$15M awarded after child dies in Alabama DHR custody

A Montgomery County jury has awarded $15 million in damages for the wrongful death of a child...
A Montgomery County jury has awarded $15 million in damages for the wrongful death of a child who was in the custody of the Alabama Department of Human Resources at the time of his death in 2013.(Source: WSFA 12 News)
Published: Aug. 16, 2022 at 12:24 PM CDT
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MONTGOMERY, Ala. (WSFA) - A Montgomery County jury has awarded $15 million in damages for the wrongful death of a child who was in the custody of the Alabama Department of Human Resources at the time of his death in 2013.

The Montgomery County Circuit Court jury deliberated for over an hour on Aug. 5 before returning the unanimous verdict, finding that the DHR case worker and a foster caregiver were responsible for the 9-year-old child’s death. The child’s name was not released for privacy reasons.

Attorneys Andrew Moak of Alexander Shunnarah Trial Attorneys, P.C., and Brett Turnbull and Robert LeMoine of Turnbull, Holcomb & LeMoine, P.C. collaborated to prepare the case and take it to trial.

“This was an especially devastating case of reckless mismanagement by DHR, and this verdict proves that our judicial system won’t be a bystander of this severe injustice,” states Alexander Shunnarah, Founder and CEO of Alexander Shunnarah Trial Attorneys. “We are proud of Andrew Moak for his unwavering dedication to this case over the last seven years as he fought for justice for the innocent life of a nine-year-old that was lost far too soon.”

The child had sickle cell anemia when he was taken into DHR custody, according to Shunnarah’s office. Sickle cell anemia is a chronic, potentially life-threatening illness, and the child had numerous care requirements to ensure his condition was properly monitored and managed for complications.

The plaintiff claimed that the DHR case worker’s and foster caregiver’s reckless mismanagement of the child’s specific symptoms and complaints led to the child suffering a sickle cell anemia attack. The child died of complications of the sickle cell crisis at Children’s Hospital in Birmingham in May 2013.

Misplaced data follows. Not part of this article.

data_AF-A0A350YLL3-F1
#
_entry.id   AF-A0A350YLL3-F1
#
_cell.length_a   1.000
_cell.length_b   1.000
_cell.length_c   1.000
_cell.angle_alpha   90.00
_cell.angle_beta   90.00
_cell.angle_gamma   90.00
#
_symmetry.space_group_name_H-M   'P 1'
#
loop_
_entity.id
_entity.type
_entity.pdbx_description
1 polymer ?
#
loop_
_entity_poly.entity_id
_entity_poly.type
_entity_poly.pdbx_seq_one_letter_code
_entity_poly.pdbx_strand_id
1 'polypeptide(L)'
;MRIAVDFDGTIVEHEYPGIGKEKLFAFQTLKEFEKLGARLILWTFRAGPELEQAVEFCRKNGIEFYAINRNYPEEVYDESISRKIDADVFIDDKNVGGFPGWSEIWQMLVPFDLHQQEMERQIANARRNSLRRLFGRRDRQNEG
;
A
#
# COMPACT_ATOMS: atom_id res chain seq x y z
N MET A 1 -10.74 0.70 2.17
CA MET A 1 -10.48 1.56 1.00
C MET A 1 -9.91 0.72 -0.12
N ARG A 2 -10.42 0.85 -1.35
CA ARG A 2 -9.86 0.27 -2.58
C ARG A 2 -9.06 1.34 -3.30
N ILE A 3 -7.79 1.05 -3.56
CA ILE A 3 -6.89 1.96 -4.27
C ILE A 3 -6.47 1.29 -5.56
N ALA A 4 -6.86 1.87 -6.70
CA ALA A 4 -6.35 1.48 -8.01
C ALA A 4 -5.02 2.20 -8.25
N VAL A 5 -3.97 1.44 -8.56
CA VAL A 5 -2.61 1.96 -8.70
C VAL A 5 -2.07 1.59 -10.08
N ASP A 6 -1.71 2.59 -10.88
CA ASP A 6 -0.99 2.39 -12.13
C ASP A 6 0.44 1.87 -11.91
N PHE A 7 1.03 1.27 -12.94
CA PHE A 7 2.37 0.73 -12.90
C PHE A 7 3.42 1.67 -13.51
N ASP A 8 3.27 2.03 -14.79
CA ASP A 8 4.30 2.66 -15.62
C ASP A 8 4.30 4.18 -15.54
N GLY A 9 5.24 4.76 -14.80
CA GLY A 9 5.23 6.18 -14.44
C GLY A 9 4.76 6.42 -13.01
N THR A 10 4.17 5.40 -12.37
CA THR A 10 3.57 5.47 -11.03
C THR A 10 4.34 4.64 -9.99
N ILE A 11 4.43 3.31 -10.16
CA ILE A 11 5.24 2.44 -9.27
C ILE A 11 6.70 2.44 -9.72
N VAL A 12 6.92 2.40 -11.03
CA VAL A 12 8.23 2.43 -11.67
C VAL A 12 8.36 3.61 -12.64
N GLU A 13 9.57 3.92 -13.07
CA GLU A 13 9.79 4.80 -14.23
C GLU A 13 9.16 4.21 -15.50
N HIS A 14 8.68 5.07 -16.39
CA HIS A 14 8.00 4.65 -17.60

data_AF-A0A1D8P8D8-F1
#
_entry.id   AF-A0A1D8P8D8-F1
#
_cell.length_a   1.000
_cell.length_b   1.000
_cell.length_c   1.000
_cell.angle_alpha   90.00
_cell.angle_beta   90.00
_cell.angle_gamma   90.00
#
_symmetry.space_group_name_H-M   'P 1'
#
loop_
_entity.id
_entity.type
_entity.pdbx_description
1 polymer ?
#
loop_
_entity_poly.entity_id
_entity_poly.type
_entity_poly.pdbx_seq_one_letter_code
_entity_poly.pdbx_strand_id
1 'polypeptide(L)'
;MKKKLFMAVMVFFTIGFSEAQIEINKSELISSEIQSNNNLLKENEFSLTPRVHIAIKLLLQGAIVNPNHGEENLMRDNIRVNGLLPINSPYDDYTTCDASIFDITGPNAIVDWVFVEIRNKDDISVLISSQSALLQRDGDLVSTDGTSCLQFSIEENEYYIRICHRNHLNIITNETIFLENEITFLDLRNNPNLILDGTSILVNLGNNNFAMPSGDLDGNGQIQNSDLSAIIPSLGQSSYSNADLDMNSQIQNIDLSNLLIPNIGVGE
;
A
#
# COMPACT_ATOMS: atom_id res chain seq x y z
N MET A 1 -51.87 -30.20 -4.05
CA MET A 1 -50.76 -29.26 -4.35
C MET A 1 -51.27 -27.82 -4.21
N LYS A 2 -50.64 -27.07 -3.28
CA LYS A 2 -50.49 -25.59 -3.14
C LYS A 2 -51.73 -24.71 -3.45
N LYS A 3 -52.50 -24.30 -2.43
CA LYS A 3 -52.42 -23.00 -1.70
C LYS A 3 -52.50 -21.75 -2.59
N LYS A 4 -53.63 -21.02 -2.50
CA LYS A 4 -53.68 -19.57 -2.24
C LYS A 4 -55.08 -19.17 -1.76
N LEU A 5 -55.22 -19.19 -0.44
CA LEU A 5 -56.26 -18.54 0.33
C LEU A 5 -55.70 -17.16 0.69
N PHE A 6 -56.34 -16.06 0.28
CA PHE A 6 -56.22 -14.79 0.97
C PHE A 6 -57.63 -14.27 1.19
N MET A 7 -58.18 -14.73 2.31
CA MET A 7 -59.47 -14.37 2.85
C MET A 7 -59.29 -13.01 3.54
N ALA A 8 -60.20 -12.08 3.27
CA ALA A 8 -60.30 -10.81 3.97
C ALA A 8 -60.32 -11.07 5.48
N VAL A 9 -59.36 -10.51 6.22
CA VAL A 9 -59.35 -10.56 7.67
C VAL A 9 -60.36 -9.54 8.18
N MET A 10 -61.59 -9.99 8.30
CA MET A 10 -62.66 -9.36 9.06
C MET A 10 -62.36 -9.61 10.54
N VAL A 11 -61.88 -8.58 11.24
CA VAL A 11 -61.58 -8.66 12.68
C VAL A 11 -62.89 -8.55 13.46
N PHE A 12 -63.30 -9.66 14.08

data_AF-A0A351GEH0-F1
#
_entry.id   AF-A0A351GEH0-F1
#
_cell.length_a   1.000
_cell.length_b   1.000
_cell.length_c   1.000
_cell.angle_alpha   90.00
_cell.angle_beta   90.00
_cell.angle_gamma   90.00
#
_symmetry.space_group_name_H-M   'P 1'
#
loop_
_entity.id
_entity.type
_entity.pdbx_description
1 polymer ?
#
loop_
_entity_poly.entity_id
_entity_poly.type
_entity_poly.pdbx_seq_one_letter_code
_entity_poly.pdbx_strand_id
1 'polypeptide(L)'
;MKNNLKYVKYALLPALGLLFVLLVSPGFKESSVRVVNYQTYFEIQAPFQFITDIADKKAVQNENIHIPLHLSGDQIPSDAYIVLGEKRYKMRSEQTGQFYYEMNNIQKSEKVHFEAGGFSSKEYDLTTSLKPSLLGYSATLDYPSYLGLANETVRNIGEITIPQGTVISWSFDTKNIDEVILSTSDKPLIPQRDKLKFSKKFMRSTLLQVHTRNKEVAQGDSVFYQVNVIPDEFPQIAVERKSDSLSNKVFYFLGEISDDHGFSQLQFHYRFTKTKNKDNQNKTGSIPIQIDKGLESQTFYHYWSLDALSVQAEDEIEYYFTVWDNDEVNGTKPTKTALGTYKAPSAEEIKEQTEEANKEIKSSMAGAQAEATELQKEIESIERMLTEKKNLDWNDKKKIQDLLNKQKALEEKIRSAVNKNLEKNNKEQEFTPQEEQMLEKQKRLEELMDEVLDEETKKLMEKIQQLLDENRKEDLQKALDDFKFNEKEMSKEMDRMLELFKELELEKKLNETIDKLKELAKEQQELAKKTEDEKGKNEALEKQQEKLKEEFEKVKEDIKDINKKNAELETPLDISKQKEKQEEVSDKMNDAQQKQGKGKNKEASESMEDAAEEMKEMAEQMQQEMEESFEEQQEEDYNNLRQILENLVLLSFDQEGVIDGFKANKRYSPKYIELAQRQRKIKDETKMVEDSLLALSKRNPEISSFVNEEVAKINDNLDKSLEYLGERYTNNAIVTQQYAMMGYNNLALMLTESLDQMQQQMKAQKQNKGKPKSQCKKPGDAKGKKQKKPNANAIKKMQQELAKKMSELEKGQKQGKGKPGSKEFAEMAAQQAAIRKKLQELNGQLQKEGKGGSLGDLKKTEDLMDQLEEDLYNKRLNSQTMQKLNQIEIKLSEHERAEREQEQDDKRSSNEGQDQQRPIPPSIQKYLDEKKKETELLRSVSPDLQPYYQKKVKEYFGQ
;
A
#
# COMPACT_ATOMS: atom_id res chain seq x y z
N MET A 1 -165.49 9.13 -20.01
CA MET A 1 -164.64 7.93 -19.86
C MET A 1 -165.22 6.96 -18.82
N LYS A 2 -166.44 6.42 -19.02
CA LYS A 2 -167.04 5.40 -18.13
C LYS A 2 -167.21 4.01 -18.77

“We worked for seven years to bring this case to trial,” states Moak. “When DHR chooses to take a child into its custody, whatever its reason may be, the child does not have a choice in the matter. This child died because adults who took responsibility for his life disregarded their rules and their training and unnecessarily allowed him to slip into a medical crisis that he did not survive. They knew this little boy had a dangerous disease and knew what could happen to him if they ignored its symptoms, but they refused medical care until it was too late.”

“This is a landmark case in which the jury clearly sent the message that we have the right to expect more from an agency with as much power as DHR in terms of taking its own rules more seriously to ensure that clear medical instructions are followed, and children do not die needlessly,” said Turnbull.

“This child’s death was completely preventable, and hopefully this verdict will cause DHR to re-examine its practices. This should not happen to anyone, and especially not to a child,” Turnbull added.

When reached, a spokesperson for Alabama’s DHR said the department did not have a comment.

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